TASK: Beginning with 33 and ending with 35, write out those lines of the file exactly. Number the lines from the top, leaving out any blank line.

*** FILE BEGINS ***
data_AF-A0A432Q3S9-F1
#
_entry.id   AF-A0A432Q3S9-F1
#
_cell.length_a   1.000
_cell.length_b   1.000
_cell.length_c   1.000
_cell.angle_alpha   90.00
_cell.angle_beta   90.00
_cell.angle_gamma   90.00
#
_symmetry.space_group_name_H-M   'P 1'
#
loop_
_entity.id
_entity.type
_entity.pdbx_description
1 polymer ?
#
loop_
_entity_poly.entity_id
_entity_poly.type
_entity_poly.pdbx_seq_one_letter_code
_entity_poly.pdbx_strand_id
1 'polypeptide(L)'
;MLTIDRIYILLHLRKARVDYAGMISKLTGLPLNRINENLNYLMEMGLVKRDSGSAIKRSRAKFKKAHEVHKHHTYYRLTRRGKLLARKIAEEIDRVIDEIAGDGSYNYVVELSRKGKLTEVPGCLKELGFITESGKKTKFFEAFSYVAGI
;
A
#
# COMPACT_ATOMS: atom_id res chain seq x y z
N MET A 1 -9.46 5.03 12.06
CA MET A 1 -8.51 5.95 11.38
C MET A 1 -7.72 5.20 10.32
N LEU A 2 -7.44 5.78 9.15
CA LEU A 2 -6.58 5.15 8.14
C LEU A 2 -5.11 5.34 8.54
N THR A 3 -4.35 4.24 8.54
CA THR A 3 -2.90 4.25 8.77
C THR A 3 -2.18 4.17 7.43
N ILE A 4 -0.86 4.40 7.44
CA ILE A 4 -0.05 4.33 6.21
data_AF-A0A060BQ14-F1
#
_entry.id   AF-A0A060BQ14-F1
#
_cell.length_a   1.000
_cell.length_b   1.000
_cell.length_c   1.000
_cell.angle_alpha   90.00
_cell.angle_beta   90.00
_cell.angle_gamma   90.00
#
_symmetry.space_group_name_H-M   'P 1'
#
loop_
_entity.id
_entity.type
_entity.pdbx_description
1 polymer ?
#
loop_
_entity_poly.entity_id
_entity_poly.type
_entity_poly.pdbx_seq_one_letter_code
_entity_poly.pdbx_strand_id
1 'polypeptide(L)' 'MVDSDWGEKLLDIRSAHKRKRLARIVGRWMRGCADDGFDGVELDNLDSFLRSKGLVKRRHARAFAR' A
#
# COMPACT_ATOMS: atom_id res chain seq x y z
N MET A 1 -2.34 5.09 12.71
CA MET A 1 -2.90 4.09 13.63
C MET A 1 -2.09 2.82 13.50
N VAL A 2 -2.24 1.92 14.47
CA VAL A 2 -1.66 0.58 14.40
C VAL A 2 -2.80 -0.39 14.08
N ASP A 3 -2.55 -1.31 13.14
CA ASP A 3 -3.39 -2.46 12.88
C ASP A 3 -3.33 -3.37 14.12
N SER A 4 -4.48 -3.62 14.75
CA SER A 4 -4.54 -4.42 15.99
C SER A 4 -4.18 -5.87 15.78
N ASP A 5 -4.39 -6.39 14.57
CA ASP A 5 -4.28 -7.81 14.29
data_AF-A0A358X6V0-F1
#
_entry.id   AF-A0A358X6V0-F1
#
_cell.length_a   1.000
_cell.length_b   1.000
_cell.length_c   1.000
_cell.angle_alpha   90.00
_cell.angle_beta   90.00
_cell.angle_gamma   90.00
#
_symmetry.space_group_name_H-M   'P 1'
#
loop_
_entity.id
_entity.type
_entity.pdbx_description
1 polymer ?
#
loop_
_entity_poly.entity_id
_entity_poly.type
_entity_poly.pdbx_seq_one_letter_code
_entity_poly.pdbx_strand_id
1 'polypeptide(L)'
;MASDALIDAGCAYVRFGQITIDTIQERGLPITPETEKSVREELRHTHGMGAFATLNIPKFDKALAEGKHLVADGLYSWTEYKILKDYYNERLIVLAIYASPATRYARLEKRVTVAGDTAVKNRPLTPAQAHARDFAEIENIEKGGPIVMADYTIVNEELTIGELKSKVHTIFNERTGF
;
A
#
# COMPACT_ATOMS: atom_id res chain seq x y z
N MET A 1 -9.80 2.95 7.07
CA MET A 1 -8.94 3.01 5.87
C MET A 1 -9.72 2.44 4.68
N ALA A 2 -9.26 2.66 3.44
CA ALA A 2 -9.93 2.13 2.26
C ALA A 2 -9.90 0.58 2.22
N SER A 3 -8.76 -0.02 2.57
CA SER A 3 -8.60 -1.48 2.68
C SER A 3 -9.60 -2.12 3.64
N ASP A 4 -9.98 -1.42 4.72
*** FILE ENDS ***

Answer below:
C MET A 1 -7.72 5.20 10.32
N LEU A 2 -7.44 5.78 9.15
CA LEU A 2 -6.58 5.15 8.14